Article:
From modest beginnings in the 1870s, the Colonial Sugar Refining Company (CSR) grew into an industrial giant with headquarters and refining capacity in Pyrmont, mines in Western Australia, sugar mills in Fiji, Queensland and New Zealand, chemicals in Western Sydney, and building materials everywhere. By the mid twentieth century it ranked second to BHP in its material and scientific resources, and in political influence.
CSR’s influence on Pyrmont was immense. Just as surely as sandstone quarries reshaped the landscape, CSR created and recreated Pyrmont society and industry. The company moved its refinery here from Canterbury in 1875, attracted by available land and deep water access. Its founder, Edward Knox (was a manager with many business interests; his son Edward William Knox travelled the world and studied sugar intensely before becoming General Manager in 1880. He recruited leading chemists and accountants, and steered CSR’s expansion and diversification. CSR had to become a world leader in the technologies of production, to compete with sugar produced by lower paid labour in the tropical world. The younger Knox also weathered political storms, transforming CSR from the Australian government’s enemy in a Royal Commission enquiry of 1912, into a valued ally during the 1914-1918 war and for many years afterwards.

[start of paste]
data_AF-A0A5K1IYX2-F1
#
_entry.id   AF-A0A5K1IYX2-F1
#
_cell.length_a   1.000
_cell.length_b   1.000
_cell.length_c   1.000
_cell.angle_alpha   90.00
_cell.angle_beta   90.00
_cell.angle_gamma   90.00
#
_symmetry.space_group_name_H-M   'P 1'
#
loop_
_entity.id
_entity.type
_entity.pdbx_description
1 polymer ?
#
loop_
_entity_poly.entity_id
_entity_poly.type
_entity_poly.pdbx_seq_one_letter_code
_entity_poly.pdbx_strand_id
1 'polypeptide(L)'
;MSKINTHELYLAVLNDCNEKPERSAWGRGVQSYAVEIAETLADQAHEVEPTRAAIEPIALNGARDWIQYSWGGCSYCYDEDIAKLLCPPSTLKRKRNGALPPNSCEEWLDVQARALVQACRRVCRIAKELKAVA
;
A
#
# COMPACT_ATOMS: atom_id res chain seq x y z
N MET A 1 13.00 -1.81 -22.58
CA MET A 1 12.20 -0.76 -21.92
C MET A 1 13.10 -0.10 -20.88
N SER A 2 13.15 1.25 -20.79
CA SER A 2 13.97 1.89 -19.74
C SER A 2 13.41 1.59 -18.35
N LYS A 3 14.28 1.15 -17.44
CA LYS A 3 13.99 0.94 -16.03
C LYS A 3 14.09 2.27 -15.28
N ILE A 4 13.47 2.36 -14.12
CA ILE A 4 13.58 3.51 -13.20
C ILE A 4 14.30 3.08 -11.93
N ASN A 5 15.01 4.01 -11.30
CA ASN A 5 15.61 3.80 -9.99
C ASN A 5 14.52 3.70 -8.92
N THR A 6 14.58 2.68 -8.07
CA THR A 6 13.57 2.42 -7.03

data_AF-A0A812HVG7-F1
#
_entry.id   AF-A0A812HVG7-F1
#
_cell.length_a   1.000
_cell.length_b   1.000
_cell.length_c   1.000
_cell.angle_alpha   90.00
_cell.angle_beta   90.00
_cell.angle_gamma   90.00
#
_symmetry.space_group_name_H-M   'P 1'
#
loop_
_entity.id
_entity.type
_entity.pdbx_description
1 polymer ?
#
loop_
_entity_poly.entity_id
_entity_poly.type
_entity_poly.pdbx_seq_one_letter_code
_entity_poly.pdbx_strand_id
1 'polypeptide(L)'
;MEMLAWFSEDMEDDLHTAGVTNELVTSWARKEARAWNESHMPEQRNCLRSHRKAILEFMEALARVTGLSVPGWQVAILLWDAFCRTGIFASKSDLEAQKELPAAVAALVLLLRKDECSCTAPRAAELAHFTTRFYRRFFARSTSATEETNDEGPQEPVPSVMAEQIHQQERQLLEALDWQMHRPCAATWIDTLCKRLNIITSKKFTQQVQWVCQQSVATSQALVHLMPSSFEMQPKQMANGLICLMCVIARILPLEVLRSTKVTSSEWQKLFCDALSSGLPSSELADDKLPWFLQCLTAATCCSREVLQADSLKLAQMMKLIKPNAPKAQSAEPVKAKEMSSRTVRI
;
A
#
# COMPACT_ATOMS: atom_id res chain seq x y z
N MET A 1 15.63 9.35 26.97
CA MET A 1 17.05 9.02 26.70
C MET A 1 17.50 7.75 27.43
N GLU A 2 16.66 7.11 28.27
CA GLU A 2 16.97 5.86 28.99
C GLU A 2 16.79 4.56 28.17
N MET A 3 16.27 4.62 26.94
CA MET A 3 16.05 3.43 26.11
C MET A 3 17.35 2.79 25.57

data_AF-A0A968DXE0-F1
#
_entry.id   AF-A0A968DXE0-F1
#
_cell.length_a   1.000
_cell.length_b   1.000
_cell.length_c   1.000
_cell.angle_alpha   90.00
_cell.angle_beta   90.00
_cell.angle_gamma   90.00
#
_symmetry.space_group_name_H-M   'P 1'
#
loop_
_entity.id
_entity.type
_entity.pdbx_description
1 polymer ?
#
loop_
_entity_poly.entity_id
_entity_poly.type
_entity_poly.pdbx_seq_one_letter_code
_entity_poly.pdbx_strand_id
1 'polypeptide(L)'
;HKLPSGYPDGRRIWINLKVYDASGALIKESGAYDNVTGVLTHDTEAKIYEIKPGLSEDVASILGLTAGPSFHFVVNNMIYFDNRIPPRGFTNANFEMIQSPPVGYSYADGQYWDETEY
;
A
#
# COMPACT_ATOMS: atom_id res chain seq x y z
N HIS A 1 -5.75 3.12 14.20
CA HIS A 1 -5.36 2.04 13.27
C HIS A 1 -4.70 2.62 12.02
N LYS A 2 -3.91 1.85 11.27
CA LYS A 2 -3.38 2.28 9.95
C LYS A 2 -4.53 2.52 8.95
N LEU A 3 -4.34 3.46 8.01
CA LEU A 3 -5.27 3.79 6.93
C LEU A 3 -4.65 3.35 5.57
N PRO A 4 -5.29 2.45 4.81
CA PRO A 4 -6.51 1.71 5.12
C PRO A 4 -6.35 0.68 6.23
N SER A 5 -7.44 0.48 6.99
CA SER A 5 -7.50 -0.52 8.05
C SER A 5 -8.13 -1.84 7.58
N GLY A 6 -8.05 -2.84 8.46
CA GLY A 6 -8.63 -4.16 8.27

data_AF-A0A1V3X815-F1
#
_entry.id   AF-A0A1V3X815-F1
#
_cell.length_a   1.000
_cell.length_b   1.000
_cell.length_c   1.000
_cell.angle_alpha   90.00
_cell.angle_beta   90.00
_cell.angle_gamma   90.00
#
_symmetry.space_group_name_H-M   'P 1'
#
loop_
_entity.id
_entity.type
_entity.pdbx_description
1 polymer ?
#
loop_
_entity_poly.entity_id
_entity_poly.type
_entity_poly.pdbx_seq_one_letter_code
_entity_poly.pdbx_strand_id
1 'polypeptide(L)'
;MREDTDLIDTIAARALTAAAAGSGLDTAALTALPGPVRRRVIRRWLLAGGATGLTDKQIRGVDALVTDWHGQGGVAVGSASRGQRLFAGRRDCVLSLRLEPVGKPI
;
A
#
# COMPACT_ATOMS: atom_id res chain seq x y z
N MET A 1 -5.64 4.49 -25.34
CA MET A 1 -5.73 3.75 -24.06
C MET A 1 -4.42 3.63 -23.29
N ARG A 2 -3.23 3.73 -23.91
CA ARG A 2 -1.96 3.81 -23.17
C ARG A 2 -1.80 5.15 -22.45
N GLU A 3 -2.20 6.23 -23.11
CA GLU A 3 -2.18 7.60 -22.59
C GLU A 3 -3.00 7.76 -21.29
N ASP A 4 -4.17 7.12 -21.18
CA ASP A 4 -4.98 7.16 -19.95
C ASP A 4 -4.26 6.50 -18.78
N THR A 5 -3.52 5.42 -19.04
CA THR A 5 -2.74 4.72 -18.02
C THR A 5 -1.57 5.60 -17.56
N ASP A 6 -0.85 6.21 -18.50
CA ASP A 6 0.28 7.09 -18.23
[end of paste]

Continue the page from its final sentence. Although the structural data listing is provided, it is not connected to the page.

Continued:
As CSR attracted professional and manual workers, Pyrmont’s population grew through the nineteenth century, making much of Pyrmont a company precinct: but as the company expanded into sugar processing and distilling (from 1900) and building materials (from the 1940s), it demanded new roads and worksites. In 1906, for example, the whole site was reorganised, with a main entrance on Bowman Street. Inevitably, roads were re-routed and houses bought for demolition: workers and their families were squeezed out.
Professionals commuted to work cheerfully from cleaner suburbs (and therefore needed car parks), while poorer residents often had to be evicted. By 1957 the company controlled 31 acres (12.5 hectares) of land in Pyrmont. Facilities for employees – especially in the professions – were generous: other residents enjoyed no such benefits. The fine houses of managers and professional staff came to be surrounded by squalor until the 1980s when CSR closed its Pyrmont operations, and the State took responsibility for the large-scale urban renewal of the whole CSR industrial site as Jacksons Landing residential complex.